4 Experimental programme
The SlabSTRESS research programme was conceived to simultaneously study the global and local response of flatslab frames under both gravity and seismic actions. The experimental programme involved fullscale testing on a twostorey building at the ELSA ReactionWall facility of the European Commission’s Joint Research Centre in Ispra, Italy. The SlabSTRESS project was part of the transnational access activities of the SERA project (www.seraeu.org).
4.1 Test specimen
The reinforced concrete structure to be tested was designed as a simple building with shear walls (primary seismic structure) and a flatslab frame (secondary seismic structure) which consists of two flat slab floors supported on columns (see Fig. 6 for the tested structure).
The floors are ordinary reinforced concrete flat slabs with thickness 200 mm. The spans are 4.5 m and 5 m in the longitudinal direction (direction of the imposed displacements) and 4.5 m in the transverse direction. The storey height is h = 3.2 m. Columns crosssections are square with dimensions 0.4 m, 0.35 m and 0.3 m for internal, edge and corner columns, respectively. These were chosen in order to obtain a stiffness ratio of the internal, lateral and corner columns close to 2, following a common design choice (Fardis 2009).
The preliminary choice was to design the flat slabs with a gravity shear ratio close to 0.4 (factored value, lower values if γ_{C} is not considered, see Fig. 12). This choice had several motivations. As shown in Sect. 3, this GSR fits in the values corresponding to common design situations. In addition, the aim was to provide more realistic size slab results since most existing tests in the literature have a limited depth for this level of GSR (see Fig. 2a). The existing results show that reinforcement yielding and higher ultimate rotations are obtained for GSR equal to or less than 0.4, a condition convenient for the seismic response and requiring a verification in a real size test.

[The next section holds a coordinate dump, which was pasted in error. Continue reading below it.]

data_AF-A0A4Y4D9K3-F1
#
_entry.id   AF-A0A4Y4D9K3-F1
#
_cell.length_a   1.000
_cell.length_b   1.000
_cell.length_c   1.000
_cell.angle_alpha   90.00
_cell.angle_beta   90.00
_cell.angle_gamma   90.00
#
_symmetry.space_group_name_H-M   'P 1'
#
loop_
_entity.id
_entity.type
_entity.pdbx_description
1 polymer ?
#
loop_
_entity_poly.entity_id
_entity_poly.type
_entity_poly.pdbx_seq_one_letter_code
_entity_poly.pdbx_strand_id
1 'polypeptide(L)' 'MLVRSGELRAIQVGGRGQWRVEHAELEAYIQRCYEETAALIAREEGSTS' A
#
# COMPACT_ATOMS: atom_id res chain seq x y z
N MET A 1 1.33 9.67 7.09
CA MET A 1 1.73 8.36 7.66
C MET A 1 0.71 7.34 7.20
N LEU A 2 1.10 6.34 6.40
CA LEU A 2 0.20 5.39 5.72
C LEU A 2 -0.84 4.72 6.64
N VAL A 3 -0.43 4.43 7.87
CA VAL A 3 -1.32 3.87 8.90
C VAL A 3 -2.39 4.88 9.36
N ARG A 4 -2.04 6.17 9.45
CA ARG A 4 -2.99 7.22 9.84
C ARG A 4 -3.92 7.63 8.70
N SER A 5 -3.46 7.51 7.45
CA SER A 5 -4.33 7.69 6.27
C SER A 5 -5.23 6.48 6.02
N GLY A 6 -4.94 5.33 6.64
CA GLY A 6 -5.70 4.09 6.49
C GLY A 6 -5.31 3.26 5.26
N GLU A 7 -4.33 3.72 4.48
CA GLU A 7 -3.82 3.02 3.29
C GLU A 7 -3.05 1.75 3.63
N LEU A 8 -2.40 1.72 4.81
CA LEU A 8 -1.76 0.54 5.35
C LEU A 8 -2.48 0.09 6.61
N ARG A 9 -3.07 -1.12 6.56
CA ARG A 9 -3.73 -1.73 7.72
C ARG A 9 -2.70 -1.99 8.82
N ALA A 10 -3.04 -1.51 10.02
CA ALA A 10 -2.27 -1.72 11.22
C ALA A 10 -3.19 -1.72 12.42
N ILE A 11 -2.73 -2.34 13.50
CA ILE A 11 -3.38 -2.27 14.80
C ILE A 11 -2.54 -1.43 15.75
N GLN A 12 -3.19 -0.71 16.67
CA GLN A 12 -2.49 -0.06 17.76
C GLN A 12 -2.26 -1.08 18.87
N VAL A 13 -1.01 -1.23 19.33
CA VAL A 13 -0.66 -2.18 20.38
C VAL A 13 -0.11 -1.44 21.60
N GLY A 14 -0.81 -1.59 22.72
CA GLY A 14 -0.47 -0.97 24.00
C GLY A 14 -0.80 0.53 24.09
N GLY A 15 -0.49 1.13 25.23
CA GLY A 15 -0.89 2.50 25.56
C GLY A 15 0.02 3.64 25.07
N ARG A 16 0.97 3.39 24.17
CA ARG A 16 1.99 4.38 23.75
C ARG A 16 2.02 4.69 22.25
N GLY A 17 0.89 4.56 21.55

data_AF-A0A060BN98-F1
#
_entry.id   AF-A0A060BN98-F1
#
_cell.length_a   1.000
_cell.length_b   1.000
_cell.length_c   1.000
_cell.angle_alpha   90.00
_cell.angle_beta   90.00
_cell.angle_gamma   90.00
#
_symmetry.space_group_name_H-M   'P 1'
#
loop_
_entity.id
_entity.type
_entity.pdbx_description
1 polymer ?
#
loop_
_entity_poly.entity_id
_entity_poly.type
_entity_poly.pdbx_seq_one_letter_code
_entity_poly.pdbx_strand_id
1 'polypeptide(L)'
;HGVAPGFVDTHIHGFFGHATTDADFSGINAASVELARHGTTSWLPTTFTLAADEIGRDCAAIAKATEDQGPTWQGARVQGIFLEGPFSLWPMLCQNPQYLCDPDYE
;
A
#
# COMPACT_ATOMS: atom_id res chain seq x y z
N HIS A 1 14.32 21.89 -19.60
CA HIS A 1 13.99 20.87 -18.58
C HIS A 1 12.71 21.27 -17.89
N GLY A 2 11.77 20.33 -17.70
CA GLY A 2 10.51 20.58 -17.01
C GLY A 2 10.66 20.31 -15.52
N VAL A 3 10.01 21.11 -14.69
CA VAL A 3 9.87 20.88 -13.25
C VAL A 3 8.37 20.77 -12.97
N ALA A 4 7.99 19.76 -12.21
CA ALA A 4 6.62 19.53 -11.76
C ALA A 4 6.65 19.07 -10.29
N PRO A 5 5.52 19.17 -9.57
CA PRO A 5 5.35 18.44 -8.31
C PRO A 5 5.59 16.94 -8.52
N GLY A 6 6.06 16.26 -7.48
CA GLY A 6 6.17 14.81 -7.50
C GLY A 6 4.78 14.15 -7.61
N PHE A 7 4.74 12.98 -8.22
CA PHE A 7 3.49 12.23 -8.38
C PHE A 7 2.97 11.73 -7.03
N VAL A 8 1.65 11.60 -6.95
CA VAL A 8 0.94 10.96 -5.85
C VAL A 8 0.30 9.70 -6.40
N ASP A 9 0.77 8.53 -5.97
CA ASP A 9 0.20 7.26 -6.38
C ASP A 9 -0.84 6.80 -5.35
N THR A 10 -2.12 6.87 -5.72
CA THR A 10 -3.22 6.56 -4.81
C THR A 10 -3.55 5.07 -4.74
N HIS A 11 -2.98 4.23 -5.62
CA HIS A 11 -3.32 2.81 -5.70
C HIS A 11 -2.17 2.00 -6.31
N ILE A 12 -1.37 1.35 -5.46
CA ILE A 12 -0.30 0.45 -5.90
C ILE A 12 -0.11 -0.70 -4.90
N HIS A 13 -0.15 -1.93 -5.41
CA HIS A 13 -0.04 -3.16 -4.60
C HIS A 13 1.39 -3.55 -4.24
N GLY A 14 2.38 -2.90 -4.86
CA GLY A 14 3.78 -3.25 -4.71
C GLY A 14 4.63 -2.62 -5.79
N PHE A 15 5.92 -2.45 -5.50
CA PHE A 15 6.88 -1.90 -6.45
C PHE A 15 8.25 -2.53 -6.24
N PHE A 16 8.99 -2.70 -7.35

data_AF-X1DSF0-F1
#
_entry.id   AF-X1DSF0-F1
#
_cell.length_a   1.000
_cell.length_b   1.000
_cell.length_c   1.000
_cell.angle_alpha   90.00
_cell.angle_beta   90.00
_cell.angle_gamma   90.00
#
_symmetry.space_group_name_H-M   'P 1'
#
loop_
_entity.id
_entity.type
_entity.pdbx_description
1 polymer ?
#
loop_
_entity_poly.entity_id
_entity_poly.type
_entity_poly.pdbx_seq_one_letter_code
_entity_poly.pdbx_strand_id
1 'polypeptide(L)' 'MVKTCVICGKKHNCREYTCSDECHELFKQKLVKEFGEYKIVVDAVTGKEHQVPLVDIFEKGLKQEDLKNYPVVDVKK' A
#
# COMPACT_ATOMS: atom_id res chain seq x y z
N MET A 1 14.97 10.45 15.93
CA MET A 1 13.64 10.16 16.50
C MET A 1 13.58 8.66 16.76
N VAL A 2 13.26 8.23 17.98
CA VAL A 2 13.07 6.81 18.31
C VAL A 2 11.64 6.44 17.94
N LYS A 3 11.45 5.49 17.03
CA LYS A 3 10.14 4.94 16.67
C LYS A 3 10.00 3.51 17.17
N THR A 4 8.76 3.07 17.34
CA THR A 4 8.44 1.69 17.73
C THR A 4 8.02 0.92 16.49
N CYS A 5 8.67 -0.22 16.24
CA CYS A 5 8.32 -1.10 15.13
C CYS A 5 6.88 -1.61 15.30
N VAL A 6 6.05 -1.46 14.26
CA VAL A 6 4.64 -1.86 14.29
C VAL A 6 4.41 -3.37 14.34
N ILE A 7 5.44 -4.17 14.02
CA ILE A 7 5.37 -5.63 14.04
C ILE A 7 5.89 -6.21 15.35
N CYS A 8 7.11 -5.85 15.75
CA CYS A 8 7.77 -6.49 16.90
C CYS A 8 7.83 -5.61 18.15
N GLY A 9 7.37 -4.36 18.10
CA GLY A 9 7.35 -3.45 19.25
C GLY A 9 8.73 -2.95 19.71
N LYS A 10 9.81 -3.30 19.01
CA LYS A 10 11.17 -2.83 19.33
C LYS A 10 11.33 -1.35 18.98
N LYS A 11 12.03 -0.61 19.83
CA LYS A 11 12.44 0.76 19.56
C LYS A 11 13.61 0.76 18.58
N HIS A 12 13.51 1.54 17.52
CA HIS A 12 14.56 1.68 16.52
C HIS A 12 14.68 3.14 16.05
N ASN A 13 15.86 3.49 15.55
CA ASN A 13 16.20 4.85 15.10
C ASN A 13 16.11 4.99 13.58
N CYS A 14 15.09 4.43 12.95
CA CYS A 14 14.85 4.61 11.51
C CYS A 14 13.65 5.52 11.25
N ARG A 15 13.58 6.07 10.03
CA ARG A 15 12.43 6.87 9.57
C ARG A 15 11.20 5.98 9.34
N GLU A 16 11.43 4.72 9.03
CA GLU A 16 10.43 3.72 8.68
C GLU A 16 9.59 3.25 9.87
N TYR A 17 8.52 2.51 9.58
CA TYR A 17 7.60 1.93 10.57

The slabs of the two floors were designed for the ULS gravity load combination (persistent design situation) governing the design effects. The flexural reinforcement design and punching resistance verifications were carried out on the basis of EC2:2004 (CEN 2004b). Two bottom bars in each direction were placed at each connection, following the provision of EC2:2004 to prevent progressive collapse (integrity reinforcement). The anchorage at the slab free edge was a L shaped bend, as commonly used in the practice in several European countries.